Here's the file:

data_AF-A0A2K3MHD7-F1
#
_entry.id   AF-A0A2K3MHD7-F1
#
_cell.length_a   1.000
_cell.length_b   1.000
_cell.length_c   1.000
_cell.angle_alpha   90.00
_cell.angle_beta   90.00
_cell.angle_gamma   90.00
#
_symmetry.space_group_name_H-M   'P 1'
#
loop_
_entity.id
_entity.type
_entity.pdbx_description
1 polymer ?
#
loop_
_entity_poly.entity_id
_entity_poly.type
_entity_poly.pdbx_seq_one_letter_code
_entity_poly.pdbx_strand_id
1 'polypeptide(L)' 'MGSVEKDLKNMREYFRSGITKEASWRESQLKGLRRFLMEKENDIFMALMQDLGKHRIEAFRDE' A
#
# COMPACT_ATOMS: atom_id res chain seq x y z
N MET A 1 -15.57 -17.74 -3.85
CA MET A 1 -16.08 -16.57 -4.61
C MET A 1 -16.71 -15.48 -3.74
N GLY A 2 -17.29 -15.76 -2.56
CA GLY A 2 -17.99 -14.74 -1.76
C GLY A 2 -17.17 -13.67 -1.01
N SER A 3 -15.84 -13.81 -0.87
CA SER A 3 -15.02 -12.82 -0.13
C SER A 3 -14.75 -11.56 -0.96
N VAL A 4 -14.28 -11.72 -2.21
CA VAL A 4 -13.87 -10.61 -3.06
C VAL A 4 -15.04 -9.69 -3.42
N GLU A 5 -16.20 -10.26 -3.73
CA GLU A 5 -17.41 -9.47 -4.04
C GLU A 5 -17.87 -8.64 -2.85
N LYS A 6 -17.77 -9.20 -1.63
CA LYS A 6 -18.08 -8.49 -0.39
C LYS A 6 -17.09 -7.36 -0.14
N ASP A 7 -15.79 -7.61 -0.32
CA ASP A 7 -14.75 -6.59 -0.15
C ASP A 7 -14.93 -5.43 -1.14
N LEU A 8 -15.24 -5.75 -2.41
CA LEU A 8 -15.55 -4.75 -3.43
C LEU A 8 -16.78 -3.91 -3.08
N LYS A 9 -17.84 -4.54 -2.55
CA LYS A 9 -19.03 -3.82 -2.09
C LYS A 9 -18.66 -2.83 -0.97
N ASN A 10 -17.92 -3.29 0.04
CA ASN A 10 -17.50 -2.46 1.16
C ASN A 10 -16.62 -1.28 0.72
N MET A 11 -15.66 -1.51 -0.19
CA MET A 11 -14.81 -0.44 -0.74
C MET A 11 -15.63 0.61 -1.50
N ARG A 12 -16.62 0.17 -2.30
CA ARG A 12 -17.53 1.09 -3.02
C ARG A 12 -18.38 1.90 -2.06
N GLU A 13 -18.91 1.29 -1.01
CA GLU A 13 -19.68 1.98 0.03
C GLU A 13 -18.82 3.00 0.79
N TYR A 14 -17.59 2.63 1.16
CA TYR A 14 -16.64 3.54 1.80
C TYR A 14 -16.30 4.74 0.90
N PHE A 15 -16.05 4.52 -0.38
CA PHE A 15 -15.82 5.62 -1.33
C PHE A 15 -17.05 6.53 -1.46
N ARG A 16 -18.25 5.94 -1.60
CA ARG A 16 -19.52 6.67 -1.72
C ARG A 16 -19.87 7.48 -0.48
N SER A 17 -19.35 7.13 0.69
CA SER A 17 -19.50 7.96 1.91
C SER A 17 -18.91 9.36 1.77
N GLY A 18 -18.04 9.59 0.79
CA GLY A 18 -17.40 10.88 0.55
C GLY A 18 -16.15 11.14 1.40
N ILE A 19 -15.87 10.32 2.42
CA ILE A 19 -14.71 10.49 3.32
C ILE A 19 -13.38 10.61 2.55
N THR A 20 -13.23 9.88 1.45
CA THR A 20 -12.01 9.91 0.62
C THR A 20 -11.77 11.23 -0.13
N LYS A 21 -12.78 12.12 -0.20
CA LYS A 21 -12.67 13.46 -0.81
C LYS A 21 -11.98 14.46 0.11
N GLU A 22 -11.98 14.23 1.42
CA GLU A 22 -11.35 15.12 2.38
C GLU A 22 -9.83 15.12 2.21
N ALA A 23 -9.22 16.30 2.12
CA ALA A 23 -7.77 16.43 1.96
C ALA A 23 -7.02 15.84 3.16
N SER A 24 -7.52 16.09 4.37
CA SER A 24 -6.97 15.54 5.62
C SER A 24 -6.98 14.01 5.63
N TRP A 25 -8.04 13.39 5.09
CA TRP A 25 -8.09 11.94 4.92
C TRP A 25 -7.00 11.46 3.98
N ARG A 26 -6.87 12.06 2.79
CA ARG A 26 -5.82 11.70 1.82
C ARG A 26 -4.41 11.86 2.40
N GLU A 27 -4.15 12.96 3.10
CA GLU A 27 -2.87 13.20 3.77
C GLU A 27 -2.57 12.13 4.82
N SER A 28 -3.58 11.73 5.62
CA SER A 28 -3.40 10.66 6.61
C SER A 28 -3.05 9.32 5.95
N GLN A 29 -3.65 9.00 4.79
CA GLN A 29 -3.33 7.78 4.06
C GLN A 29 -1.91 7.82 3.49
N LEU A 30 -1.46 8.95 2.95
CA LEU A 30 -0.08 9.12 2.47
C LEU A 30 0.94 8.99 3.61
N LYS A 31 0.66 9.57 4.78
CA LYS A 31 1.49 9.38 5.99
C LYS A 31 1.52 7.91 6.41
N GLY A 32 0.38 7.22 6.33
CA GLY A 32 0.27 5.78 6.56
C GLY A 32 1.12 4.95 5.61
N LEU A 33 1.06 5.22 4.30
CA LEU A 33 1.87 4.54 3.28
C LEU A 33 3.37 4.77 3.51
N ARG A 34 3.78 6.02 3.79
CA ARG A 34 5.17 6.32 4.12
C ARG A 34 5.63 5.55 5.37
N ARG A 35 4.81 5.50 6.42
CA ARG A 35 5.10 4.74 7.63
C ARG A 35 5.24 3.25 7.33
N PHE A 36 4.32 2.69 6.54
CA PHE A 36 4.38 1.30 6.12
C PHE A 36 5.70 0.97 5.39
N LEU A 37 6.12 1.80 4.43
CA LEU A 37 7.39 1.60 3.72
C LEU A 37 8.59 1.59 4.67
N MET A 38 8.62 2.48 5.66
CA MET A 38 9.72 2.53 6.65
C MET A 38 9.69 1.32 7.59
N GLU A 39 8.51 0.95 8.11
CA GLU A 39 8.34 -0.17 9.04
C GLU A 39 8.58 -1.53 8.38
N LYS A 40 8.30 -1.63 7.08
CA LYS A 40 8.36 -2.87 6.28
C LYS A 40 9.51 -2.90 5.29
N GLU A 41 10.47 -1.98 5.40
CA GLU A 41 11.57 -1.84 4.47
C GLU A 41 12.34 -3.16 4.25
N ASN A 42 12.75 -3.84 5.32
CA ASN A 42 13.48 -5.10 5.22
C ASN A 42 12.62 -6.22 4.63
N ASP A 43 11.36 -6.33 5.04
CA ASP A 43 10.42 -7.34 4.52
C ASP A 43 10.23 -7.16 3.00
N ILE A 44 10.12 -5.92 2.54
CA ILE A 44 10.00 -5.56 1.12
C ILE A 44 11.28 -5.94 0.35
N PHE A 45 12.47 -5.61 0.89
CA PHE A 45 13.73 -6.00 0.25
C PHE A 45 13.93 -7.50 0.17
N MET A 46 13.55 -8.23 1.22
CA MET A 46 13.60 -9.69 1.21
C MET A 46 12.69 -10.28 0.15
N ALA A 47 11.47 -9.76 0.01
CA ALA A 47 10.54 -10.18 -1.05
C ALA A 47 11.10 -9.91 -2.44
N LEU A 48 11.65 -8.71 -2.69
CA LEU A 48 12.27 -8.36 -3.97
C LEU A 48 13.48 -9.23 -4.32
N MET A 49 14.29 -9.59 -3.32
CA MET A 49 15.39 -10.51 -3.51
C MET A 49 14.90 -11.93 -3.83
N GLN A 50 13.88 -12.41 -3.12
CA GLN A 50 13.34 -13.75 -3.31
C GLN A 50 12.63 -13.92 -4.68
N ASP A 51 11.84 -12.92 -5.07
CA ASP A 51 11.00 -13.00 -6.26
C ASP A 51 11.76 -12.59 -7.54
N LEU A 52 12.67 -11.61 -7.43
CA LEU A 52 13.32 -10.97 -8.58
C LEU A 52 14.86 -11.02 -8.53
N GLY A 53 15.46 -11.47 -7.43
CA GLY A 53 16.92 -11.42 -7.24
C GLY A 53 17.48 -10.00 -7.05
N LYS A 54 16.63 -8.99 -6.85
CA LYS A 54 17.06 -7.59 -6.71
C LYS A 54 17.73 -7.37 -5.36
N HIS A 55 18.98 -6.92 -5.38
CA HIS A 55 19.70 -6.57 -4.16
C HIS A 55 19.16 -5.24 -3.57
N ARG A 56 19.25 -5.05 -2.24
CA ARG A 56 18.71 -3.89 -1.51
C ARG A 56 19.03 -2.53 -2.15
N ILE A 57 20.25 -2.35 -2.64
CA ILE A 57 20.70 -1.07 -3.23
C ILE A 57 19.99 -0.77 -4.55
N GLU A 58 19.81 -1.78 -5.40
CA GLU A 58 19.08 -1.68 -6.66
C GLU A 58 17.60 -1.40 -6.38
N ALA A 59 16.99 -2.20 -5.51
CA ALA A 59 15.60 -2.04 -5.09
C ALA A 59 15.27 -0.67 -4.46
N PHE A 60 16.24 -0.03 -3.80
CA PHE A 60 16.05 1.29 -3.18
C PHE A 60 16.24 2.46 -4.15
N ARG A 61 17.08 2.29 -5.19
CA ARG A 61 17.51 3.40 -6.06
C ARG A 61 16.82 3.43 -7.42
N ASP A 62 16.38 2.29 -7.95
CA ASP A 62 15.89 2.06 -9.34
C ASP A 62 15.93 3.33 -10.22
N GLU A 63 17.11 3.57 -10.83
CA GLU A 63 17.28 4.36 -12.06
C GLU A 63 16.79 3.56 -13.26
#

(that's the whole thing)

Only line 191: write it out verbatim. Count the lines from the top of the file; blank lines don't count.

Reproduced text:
CA HIS A 55 19.70 -6.57 -4.16